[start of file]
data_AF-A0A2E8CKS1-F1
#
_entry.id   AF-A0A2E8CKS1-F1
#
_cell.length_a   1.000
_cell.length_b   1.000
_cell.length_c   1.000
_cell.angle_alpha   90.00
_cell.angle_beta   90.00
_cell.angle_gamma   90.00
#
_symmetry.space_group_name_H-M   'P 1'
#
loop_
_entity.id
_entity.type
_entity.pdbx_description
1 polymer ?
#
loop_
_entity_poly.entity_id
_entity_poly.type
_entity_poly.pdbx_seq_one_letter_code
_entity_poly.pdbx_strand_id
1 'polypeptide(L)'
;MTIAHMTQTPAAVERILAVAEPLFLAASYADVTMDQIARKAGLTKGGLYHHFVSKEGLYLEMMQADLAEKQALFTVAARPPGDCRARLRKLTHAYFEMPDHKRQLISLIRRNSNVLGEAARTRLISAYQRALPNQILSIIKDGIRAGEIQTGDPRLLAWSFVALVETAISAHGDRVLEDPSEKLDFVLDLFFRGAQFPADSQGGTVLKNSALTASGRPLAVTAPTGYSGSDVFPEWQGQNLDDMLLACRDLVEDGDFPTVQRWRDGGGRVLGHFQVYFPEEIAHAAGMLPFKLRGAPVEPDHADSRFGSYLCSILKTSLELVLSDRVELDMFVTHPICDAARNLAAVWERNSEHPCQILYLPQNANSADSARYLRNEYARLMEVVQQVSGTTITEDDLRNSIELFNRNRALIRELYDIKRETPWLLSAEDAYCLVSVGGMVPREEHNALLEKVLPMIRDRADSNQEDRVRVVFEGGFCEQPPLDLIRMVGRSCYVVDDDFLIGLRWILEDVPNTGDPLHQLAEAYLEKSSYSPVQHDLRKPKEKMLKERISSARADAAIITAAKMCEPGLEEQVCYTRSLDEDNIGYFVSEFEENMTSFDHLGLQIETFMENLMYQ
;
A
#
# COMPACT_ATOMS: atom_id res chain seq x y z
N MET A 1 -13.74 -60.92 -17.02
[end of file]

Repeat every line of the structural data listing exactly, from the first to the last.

data_AF-A0A2E8CKS1-F1
#
_entry.id   AF-A0A2E8CKS1-F1
#
_cell.length_a   1.000
_cell.length_b   1.000
_cell.length_c   1.000
_cell.angle_alpha   90.00
_cell.angle_beta   90.00
_cell.angle_gamma   90.00
#
_symmetry.space_group_name_H-M   'P 1'
#
loop_
_entity.id
_entity.type
_entity.pdbx_description
1 polymer ?
#
loop_
_entity_poly.entity_id
_entity_poly.type
_entity_poly.pdbx_seq_one_letter_code
_entity_poly.pdbx_strand_id
1 'polypeptide(L)'
;MTIAHMTQTPAAVERILAVAEPLFLAASYADVTMDQIARKAGLTKGGLYHHFVSKEGLYLEMMQADLAEKQALFTVAARPPGDCRARLRKLTHAYFEMPDHKRQLISLIRRNSNVLGEAARTRLISAYQRALPNQILSIIKDGIRAGEIQTGDPRLLAWSFVALVETAISAHGDRVLEDPSEKLDFVLDLFFRGAQFPADSQGGTVLKNSALTASGRPLAVTAPTGYSGSDVFPEWQGQNLDDMLLACRDLVEDGDFPTVQRWRDGGGRVLGHFQVYFPEEIAHAAGMLPFKLRGAPVEPDHADSRFGSYLCSILKTSLELVLSDRVELDMFVTHPICDAARNLAAVWERNSEHPCQILYLPQNANSADSARYLRNEYARLMEVVQQVSGTTITEDDLRNSIELFNRNRALIRELYDIKRETPWLLSAEDAYCLVSVGGMVPREEHNALLEKVLPMIRDRADSNQEDRVRVVFEGGFCEQPPLDLIRMVGRSCYVVDDDFLIGLRWILEDVPNTGDPLHQLAEAYLEKSSYSPVQHDLRKPKEKMLKERISSARADAAIITAAKMCEPGLEEQVCYTRSLDEDNIGYFVSEFEENMTSFDHLGLQIETFMENLMYQ
;
A
#
# COMPACT_ATOMS: atom_id res chain seq x y z
N MET A 1 -13.74 -60.92 -17.02